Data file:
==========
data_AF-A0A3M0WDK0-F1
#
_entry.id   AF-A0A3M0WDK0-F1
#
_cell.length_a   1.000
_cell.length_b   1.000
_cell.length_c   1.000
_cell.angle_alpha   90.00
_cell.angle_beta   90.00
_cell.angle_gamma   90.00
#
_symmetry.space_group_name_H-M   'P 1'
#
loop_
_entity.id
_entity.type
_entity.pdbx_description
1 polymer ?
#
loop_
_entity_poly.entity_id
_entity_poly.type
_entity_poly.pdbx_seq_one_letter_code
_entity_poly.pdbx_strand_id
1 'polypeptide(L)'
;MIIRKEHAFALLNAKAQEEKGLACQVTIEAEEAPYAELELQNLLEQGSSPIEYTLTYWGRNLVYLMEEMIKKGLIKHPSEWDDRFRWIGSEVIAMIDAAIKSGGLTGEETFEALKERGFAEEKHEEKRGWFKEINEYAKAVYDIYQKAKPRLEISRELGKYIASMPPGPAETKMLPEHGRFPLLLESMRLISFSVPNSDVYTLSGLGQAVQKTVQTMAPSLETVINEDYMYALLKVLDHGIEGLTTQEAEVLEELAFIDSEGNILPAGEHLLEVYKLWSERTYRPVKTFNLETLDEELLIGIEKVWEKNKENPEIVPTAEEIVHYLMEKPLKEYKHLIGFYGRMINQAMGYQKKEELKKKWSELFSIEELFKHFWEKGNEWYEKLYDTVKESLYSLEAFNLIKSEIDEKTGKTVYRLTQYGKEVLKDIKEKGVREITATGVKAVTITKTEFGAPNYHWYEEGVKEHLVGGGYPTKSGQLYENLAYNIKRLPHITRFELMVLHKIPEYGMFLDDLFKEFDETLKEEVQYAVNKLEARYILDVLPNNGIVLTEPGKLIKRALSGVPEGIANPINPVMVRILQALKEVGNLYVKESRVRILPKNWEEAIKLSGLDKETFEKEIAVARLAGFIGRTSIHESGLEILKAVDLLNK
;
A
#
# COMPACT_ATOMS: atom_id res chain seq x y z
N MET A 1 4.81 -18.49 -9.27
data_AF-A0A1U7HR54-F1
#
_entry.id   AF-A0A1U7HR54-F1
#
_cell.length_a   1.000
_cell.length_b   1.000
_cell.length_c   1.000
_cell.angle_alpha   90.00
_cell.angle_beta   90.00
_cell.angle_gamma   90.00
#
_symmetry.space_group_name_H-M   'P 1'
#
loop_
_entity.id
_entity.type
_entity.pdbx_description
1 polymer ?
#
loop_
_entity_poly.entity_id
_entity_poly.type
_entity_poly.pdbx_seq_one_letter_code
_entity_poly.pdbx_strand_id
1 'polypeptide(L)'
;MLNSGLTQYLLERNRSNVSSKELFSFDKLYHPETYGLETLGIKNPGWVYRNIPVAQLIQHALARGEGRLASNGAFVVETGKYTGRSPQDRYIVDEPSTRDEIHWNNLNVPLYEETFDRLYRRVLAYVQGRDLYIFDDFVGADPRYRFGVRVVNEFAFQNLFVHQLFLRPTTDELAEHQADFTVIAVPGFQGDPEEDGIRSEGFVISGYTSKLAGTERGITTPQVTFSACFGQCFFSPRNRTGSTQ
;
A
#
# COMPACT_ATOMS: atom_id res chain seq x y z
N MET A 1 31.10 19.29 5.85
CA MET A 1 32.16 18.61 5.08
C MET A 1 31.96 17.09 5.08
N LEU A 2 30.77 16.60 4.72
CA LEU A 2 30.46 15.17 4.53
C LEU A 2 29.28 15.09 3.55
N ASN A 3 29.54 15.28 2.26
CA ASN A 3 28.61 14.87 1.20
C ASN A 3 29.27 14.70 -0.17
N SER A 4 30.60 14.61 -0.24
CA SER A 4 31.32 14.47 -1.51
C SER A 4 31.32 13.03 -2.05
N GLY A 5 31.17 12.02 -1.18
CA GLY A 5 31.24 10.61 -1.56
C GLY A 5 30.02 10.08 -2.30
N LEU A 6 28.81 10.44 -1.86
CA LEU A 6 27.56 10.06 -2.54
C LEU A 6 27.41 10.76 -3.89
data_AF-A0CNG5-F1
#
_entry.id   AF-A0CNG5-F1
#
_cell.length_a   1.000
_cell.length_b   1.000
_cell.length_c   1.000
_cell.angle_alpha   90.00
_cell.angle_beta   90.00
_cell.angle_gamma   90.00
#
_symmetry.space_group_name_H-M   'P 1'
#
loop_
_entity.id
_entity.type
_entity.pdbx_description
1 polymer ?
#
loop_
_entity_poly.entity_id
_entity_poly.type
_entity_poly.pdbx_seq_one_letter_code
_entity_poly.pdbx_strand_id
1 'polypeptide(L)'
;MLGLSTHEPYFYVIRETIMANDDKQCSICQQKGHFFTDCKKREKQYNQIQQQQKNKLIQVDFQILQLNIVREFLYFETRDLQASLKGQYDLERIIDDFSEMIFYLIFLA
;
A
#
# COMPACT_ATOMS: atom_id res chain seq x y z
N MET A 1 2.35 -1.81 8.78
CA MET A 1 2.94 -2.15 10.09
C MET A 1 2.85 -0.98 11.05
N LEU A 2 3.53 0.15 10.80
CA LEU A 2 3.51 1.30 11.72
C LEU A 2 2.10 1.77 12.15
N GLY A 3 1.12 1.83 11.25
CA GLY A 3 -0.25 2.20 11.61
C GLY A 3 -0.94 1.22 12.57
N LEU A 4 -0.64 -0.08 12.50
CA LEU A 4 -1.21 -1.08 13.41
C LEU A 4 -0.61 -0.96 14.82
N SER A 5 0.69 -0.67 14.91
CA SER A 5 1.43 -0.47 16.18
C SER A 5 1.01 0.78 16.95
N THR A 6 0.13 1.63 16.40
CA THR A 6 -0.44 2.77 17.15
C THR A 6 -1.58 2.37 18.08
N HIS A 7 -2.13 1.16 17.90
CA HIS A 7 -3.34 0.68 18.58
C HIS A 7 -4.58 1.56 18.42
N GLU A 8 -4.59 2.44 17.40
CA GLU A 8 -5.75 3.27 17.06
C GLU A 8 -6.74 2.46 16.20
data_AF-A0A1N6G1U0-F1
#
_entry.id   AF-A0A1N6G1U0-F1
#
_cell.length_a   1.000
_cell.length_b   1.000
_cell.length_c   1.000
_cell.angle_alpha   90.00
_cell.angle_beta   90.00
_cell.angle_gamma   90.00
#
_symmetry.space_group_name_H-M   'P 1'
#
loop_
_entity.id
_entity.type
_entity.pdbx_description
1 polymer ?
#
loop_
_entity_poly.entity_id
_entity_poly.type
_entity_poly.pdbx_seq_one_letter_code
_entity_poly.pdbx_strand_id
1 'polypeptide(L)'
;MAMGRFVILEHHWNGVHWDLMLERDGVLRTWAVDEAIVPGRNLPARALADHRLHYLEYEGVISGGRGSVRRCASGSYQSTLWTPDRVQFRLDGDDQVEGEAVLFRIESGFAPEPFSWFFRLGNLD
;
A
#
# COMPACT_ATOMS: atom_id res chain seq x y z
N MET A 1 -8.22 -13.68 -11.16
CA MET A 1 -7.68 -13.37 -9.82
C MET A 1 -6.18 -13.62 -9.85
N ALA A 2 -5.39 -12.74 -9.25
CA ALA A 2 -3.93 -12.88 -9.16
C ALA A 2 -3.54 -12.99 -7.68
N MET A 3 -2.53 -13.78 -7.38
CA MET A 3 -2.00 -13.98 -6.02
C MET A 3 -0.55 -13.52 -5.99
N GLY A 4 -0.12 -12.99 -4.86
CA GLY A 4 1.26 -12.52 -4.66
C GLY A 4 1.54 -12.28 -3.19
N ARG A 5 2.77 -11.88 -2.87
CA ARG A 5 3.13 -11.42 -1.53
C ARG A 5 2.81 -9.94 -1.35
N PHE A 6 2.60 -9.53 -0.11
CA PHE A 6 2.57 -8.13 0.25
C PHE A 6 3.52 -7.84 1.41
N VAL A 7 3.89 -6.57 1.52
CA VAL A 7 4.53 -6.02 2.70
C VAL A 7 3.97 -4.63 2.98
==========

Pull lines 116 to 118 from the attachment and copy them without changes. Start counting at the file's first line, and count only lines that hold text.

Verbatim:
N GLY A 3 1.12 1.83 11.25
CA GLY A 3 -0.25 2.20 11.61
C GLY A 3 -0.94 1.22 12.57